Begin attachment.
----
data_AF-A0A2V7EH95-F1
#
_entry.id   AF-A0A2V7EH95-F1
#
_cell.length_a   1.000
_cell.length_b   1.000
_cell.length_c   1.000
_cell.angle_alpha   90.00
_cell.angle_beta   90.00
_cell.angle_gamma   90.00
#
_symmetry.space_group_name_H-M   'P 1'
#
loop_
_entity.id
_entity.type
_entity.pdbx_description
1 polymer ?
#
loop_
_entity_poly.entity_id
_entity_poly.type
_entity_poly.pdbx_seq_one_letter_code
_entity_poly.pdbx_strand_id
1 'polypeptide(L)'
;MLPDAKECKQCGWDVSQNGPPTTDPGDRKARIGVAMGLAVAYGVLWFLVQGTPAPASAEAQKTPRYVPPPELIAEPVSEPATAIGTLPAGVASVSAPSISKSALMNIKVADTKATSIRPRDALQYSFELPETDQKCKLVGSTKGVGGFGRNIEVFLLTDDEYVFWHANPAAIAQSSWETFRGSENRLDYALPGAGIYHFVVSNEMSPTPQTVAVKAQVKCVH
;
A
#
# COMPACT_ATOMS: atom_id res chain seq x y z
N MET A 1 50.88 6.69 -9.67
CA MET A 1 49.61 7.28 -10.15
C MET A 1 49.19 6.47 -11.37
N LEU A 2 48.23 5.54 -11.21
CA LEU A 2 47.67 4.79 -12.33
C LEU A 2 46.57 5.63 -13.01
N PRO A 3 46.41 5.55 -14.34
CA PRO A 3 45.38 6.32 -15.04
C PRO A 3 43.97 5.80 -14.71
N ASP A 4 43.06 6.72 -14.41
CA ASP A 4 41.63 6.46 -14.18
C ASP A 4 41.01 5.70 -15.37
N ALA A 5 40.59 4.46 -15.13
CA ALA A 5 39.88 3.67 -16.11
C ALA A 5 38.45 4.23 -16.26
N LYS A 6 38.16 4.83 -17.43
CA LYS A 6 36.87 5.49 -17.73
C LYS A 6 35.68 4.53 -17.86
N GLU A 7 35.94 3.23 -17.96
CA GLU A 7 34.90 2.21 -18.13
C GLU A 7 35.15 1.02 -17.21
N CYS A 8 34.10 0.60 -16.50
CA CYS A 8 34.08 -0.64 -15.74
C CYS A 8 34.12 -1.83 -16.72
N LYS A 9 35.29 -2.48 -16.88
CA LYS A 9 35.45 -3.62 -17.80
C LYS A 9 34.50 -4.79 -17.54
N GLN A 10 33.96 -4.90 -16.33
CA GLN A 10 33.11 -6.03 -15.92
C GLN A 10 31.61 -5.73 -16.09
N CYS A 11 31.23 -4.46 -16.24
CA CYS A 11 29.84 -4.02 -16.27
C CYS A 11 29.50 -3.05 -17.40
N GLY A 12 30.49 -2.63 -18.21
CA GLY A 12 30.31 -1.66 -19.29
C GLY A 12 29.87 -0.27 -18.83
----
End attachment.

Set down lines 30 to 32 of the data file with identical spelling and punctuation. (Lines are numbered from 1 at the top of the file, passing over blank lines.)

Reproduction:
# COMPACT_ATOMS: atom_id res chain seq x y z
N MET A 1 50.88 6.69 -9.67
CA MET A 1 49.61 7.28 -10.15